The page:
You're quite right about the egos and sharper sensibilities among adult students. It's a doubled-edged situation. Students with life experience, an evolved sense of self and personal history, years of education or travel behind them, added with agendas and desires can make actual conversations immensely interesting or total disasters if you have the wrong mix of students, especially when a much older student or students are grouped with students in their 20s. That age difference among Korean adult students can immediately shut down positive dynamics and lead to a kind of cold war or reluctance to speak among the younger ones, with the older ones monopolizing the session, usually in favor of more conservative ideas and judgments. I avoid that by conducting more rotating pair work... get them moving around, and I avoid large group discussions where one older adult tends to speak the most. They can speak their minds with less risk involved when paired up.

However, if you have fairly liberal, tolerant older adult students mixed in with talkative younger adult ones, you can have more open class discussion; the class practically runs itself, depending on what you're doing. That can be a true pleasure, and that's been the norm for me in most situations. I'd say for every group with problematic chemistry, I've had three that are good to wonderful. Not a bad ratio. Of course, when you're teaching adults 1:1 in a kind of Wall Street/Pagoda-type of academy, that can also be good or bad depending on who you're dealing with, but the split-shift schedule mixed with the near-constant amount of attention you must pay to the student every minute can become exhausting, especially if the organization you're working for is piling on the classes. Group classes allow for pair and group work that lets you breath for a minute or two before engaging again, so I find them less of a drain (of course, proper prep-time is needed in that case).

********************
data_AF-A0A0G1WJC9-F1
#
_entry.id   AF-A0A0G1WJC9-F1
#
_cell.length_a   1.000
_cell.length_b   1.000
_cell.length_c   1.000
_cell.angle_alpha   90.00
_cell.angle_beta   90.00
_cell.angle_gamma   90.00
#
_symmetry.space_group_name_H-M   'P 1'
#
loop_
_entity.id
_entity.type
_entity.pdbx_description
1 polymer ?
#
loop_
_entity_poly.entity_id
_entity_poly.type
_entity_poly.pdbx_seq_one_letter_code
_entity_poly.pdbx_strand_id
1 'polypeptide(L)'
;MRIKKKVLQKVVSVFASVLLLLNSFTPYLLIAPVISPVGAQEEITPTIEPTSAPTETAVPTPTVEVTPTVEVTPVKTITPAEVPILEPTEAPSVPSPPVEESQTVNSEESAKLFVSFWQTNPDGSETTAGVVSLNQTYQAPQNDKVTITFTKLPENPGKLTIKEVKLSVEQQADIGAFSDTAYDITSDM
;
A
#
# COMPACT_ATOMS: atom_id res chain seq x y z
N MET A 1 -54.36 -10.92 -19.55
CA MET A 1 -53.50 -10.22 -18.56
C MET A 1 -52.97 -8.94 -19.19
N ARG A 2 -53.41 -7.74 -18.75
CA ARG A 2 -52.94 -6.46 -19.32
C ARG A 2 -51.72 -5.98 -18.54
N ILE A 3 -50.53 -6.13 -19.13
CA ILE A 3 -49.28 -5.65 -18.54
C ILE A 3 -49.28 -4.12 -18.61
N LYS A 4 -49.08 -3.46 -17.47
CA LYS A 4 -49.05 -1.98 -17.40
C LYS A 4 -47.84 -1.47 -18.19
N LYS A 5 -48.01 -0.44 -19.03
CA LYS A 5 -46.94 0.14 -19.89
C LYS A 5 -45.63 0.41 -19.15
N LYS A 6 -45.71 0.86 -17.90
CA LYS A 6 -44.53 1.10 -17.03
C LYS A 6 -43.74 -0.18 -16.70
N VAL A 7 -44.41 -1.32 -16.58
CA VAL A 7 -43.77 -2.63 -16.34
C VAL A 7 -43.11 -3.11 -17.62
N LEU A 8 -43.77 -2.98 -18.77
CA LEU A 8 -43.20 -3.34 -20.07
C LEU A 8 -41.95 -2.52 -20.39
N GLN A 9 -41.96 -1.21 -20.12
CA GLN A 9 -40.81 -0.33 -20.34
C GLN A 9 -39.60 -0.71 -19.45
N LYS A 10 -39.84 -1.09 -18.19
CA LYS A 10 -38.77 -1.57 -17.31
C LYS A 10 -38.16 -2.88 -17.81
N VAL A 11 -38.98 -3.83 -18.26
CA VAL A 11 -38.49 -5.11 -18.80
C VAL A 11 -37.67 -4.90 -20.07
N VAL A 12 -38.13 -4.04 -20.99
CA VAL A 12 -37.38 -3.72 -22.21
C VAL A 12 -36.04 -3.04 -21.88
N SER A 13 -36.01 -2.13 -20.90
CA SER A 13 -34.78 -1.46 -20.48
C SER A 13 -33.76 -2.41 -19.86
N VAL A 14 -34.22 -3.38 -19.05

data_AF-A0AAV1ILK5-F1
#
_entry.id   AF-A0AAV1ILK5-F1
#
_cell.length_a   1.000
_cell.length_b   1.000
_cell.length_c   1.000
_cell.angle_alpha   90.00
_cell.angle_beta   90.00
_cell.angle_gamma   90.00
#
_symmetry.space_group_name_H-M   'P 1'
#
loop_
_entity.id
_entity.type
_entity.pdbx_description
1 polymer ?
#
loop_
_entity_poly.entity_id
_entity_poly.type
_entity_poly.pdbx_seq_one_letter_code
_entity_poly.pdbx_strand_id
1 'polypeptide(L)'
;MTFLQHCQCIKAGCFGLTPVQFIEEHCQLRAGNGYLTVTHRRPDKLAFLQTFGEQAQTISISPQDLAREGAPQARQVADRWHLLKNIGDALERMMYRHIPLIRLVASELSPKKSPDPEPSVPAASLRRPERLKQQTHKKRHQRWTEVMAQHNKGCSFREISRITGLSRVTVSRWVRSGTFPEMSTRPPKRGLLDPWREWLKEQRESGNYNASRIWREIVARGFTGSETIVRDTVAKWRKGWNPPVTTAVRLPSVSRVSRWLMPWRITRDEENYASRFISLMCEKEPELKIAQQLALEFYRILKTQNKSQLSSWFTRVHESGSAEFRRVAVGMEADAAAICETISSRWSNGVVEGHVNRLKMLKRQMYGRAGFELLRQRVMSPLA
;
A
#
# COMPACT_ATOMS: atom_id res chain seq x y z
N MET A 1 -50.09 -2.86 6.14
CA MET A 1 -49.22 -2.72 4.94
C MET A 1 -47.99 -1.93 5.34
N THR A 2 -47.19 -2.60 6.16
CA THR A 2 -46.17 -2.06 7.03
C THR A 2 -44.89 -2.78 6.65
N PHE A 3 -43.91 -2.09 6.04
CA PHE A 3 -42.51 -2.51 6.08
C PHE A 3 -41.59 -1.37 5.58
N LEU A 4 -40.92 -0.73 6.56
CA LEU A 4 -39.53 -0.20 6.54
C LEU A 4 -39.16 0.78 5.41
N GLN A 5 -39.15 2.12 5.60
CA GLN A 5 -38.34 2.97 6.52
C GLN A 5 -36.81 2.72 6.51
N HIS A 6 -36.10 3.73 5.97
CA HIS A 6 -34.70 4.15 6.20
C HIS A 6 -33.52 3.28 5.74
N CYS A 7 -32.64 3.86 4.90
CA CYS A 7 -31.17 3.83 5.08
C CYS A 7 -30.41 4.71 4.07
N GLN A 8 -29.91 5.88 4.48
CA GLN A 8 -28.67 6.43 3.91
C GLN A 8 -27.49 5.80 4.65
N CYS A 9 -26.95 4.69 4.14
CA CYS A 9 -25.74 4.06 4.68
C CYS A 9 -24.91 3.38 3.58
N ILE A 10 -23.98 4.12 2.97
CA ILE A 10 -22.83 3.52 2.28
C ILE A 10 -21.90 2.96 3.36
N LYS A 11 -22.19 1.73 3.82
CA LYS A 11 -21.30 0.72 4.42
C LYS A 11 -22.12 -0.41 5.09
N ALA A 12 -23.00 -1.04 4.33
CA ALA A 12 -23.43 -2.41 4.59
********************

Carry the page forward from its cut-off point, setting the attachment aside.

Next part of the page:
« Last Edit: September 07, 2016, 11:07:36 pm by Moe Hay »


  • saffaTeacher
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Re: What's it like teaching adults?
« Reply #5 on: January 06, 2020, 01:27:15 pm »
Adults are tricky because sometimes their levels are lower than the elem kids' levels and they don't like to play games for learning, so it is less fun. However, you won't have the behavioral problems that you might find with school kids.


  • oglop
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Re: What's it like teaching adults?
« Reply #6 on: January 06, 2020, 02:00:14 pm »
Adults are tricky because sometimes their levels are lower than the elem kids' levels and they don't like to play games for learning, so it is less fun.
weird comment. firstly, both elementary students and adults are all...at a variety of levels (obviously?), and most adult classes i teach (or have ever taught) love to play a fun activity or two.

teaching adults is much more interesting than teaching kids


Re: What's it like teaching adults?
« Reply #7 on: January 06, 2020, 02:09:51 pm »
I also wonder about this because my in-laws want me to teach at a university, but I am really unsure if I would be able to do this....and do it well. I have a fear of having to make curriculum. I also don't like when students of any age say that they want to do something/learn something and then .....not really.